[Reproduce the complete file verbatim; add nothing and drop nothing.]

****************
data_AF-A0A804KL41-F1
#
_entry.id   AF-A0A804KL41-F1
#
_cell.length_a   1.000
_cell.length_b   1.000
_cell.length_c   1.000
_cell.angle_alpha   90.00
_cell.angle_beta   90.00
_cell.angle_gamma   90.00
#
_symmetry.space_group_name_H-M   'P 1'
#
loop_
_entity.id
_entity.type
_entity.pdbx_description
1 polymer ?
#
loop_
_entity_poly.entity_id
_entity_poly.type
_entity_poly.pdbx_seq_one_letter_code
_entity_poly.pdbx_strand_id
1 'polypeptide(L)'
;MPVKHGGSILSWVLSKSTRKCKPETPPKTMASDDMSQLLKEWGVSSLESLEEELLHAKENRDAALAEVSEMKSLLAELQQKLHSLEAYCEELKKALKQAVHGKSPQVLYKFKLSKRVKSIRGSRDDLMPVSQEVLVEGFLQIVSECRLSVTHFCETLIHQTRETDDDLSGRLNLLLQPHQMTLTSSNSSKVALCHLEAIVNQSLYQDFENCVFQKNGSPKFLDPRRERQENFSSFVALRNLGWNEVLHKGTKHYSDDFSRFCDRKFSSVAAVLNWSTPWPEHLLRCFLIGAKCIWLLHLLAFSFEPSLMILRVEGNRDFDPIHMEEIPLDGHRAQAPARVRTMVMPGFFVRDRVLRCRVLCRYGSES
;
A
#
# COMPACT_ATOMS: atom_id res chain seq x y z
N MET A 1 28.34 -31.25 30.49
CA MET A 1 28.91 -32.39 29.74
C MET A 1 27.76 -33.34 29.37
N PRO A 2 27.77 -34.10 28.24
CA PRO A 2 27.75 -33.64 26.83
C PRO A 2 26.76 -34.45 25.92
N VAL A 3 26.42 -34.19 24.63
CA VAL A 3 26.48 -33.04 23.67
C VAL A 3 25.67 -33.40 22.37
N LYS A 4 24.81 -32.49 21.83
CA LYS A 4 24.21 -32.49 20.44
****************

data_AF-A0A804KL41-F1
#
_entry.id   AF-A0A804KL41-F1
#
_cell.length_a   1.000
_cell.length_b   1.000
_cell.length_c   1.000
_cell.angle_alpha   90.00
_cell.angle_beta   90.00
_cell.angle_gamma   90.00
#
_symmetry.space_group_name_H-M   'P 1'
#
loop_
_entity.id
_entity.type
_entity.pdbx_description
1 polymer ?
#
loop_
_entity_poly.entity_id
_entity_poly.type
_entity_poly.pdbx_seq_one_letter_code
_entity_poly.pdbx_strand_id
1 'polypeptide(L)'
;MPVKHGGSILSWVLSKSTRKCKPETPPKTMASDDMSQLLKEWGVSSLESLEEELLHAKENRDAALAEVSEMKSLLAELQQKLHSLEAYCEELKKALKQAVHGKSPQVLYKFKLSKRVKSIRGSRDDLMPVSQEVLVEGFLQIVSECRLSVTHFCETLIHQTRETDDDLSGRLNLLLQPHQMTLTSSNSSKVALCHLEAIVNQSLYQDFENCVFQKNGSPKFLDPRRERQENFSSFVALRNLGWNEVLHKGTKHYSDDFSRFCDRKFSSVAAVLNWSTPWPEHLLRCFLIGAKCIWLLHLLAFSFEPSLMILRVEGNRDFDPIHMEEIPLDGHRAQAPARVRTMVMPGFFVRDRVLRCRVLCRYGSES
;
A
#
# COMPACT_ATOMS: atom_id res chain seq x y z
N MET A 1 28.34 -31.25 30.49
CA MET A 1 28.91 -32.39 29.74
C MET A 1 27.76 -33.34 29.37
N PRO A 2 27.77 -34.10 28.24
CA PRO A 2 27.75 -33.64 26.83
C PRO A 2 26.76 -34.45 25.92
N VAL A 3 26.42 -34.19 24.63
CA VAL A 3 26.48 -33.04 23.67
C VAL A 3 25.67 -33.40 22.37
N LYS A 4 24.81 -32.49 21.83
CA LYS A 4 24.21 -32.49 20.44